In her “Detroit Trilogy” of plays, Dominique Morisseau looks at black lives in that once-vibrant city through the lens of three distinct eras and groups of people. Paradise Blue takes place in a 1949 jazz club in the city’s historic Black Bottom district, which is threatened by gentrification. Detroit ’67 is set in a “blind pig,” an unlicensed after-hours bar, during that summer’s deadly riots – which were triggered by a police raid on an illicit bar.
Skeleton Crew, having its New England premiere through July 23 at Chester Theatre Company, completes the cycle and brings it up to date, in the break room of an auto-assembly plant that’s on the verge of being shut down. Each of the plays captures a turning point in the city’s history and a moment of crisis for the African-American community.
The comparisons to August Wilson’s epic ten-play Pittsburgh Cycle are easy but apt. (Morisseau also credits Springfield-born, Detroit-raised playwright/novelist Pearl Cleage as an influence.) Like these authors, her focus is on black life in itself, with few white characters and only glancing reference to the white world. The foreman in Skeleton Crew is black and so is his boss, and a drummer in Paradise Blue finds contentment in the club where “I can be a percussionist before being colored.” Morisseau’s dialogue is pitch perfect in the back-and-forth of banter and argument, but it can get a bit stilted in moments of reflection or self-assertion.
Her characters’ predicaments may be impacted, even dictated, by external racism, but their day-to-day connections and conflicts are among themselves, us-and-us, not us-and-them. In these sovereign spaces, the unguarded spontaneity of their interactions is largely free of the “double consciousness” W.E.B. Du Bois described, the state of “always looking at one’s self through the eyes of others.” And that’s something rare and wonderful to see on stage.
The four employees who gather in the break room of this doomed factory in the dying city represent three generations of auto workers. Even though the impending closure is kept secret, for now, the plant is already shedding workers. This foursome is in effect the “skeleton crew” staying on till the gates are finally locked. Under Awoye Timpo’s seamless direction, the quartet of performers work together like (forgive me) four perfectly synchronized pistons in a well-tuned engine.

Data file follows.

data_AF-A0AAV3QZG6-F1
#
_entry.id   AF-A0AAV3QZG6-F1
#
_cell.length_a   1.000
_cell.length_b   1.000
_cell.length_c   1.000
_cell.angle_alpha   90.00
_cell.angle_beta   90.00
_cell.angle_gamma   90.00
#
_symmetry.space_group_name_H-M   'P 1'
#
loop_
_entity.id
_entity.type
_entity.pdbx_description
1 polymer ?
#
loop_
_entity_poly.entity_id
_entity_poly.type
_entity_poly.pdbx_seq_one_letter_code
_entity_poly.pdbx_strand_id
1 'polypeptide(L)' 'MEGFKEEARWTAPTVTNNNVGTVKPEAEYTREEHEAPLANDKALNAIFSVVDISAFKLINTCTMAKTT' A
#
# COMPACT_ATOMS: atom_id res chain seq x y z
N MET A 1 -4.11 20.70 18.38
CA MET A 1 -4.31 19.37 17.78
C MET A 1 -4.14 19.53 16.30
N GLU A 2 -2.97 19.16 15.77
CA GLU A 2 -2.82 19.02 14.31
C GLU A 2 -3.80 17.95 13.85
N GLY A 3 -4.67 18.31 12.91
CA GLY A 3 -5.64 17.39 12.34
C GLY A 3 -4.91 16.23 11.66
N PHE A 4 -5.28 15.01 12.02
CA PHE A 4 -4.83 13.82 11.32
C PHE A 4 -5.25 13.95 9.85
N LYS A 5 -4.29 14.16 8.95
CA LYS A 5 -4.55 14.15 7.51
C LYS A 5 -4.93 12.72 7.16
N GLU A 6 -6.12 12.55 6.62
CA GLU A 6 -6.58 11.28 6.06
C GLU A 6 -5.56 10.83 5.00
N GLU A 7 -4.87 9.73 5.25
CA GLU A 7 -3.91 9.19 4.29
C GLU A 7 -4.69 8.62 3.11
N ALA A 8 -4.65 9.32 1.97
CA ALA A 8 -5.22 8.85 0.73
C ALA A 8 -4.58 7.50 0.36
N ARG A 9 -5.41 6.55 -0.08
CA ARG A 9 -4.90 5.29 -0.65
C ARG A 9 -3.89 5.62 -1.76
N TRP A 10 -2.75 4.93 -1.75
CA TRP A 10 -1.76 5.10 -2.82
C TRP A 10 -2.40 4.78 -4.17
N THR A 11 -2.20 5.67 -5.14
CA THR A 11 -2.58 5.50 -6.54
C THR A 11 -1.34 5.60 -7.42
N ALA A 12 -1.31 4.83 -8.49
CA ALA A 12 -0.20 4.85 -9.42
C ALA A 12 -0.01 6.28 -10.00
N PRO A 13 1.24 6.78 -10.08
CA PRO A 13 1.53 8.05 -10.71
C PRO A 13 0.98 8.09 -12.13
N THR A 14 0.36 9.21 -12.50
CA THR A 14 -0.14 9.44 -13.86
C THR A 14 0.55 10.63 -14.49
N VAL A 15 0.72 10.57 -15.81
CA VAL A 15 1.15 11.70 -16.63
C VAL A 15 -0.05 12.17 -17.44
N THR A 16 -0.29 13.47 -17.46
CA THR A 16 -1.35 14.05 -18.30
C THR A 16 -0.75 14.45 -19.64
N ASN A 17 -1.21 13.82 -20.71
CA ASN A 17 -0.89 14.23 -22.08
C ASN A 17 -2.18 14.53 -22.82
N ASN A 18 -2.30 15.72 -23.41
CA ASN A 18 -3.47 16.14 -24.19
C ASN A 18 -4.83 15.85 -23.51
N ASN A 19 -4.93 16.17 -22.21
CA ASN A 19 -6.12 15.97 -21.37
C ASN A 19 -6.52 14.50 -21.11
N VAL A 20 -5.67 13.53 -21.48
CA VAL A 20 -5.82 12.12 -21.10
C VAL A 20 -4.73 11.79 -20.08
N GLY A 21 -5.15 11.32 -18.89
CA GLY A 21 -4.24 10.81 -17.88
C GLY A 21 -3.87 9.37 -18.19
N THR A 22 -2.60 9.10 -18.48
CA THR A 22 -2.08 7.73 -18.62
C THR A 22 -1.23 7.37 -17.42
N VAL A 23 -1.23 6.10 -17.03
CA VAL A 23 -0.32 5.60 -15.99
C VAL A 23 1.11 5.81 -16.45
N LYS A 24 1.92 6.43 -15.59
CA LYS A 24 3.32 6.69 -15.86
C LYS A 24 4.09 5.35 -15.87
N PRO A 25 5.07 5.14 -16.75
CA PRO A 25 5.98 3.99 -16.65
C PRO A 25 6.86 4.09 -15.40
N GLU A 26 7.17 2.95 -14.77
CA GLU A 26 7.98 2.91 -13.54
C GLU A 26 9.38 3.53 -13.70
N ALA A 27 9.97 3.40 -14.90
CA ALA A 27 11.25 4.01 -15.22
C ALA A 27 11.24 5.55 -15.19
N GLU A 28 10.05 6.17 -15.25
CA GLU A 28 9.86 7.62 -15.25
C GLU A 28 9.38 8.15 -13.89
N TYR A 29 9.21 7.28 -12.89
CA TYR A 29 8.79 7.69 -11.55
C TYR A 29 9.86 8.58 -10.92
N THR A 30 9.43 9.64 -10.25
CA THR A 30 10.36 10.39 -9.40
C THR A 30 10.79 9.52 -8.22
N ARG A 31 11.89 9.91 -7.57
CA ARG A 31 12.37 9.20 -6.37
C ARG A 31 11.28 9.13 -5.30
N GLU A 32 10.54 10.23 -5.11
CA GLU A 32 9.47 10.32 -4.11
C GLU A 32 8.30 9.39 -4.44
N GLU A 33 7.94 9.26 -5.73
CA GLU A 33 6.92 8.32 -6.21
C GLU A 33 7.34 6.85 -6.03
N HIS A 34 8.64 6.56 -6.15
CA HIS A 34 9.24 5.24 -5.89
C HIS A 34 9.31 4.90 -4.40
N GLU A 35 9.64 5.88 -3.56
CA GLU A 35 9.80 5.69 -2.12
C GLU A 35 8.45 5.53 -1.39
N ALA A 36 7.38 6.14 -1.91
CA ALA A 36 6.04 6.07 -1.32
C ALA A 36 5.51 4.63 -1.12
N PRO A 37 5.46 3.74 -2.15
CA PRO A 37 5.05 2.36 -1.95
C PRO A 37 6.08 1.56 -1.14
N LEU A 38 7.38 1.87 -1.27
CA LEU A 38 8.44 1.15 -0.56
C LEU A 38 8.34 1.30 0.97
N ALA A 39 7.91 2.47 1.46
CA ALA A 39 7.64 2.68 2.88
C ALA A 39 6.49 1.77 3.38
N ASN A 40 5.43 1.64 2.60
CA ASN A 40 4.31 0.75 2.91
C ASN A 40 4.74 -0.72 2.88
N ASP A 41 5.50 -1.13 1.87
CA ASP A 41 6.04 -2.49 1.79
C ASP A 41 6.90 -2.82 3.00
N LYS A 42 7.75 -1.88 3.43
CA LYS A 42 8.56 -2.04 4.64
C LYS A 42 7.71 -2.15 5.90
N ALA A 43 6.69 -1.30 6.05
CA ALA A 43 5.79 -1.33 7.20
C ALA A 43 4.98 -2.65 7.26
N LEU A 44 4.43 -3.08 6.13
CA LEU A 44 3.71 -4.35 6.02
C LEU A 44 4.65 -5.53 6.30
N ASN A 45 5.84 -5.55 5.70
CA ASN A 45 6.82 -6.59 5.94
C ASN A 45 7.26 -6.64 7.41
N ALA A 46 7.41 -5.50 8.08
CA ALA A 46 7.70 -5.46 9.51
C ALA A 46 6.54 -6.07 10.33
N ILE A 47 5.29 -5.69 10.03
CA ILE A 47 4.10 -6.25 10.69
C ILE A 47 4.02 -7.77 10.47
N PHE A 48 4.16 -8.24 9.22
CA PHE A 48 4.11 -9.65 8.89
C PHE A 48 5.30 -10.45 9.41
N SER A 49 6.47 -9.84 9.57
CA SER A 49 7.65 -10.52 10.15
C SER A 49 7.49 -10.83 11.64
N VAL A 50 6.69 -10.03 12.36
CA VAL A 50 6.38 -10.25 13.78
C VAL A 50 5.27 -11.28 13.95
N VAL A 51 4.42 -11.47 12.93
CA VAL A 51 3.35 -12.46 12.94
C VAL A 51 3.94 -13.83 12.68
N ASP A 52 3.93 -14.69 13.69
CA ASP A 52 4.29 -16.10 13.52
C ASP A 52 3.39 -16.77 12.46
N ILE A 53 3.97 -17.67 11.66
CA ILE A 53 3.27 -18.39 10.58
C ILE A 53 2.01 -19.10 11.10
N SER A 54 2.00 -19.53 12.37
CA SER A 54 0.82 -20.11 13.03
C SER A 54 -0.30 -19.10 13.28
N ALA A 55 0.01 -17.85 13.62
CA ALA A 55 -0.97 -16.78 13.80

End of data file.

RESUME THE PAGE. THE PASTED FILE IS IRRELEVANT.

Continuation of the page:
Dez, one of the two youngsters, is taking as much overtime as he can get, saving up to open his own repair shop. In Christian Henley’s winning performance, Dez is a roguish, cocky guy who nonetheless packs a .45 and whose twinkling eyes later give way to hollow terror at the prospect of being fired, or worse. But at first he’s the roguish Don Juan, flirting outrageously with single and pregnant Shanita, who flirts right back, even while brushing him off with threats to report him for sexual harassment. Margaret Odette’s hip and sassy Shanita is also an industrious worker who takes pride in her skilled job on “the line,” knowing she’s manufacturing something useful.
The veteran is Faye, the play’s most complex character and, in Ami Brabson, the show’s most compelling performance. She’s the shift’s union rep, spirited but grumpy, quick with a wisecrack (“If if was a spliff we’d all be high”), a matter-of-fact lesbian, and just shy of the 30 years’ service that would give her a tidy retirement package, if she and the plant can make it that far. She is also haunted by a series of losses, one of which gives us a glimpse into how precarious life has become for some members of what used to be the rising middle class.
Reggie, the foreman, has known Faye since boyhood and is like a second son to her. She got him a job here and has watched him rise from the shop floor to wearing a tie and toting an official clipboard. Daniel Morgan Shelley’s peremptory pose is affecting, as it betrays the inner turmoil of the man’s divided loyalties, between his friends and roots on the one hand, and his superiors and paycheck on the other.
David Towlun’s set combines the break-room essentials – kitchen appliances, Formica-topped table, folding chairs – with a dilapidated sofa and a wall of steel lockers. The room is lit by Lara Dubin with a pitiless array of overhead fluorescents. Costumer Elizabeth Pangburn’s work clothes include hard hats, reflective vests and (incongruously new) work boots.
This is the second play in a row at Chester that’s written by a woman and with no white people onstage. (The first was Lauren Gunderson’s I and You.) This theater has long been the area’s premier home of small plays with big ideas. Now they’re reaching for a really big idea – the promise of true equity on the American stage.
Photos by Elizabeth Solaka
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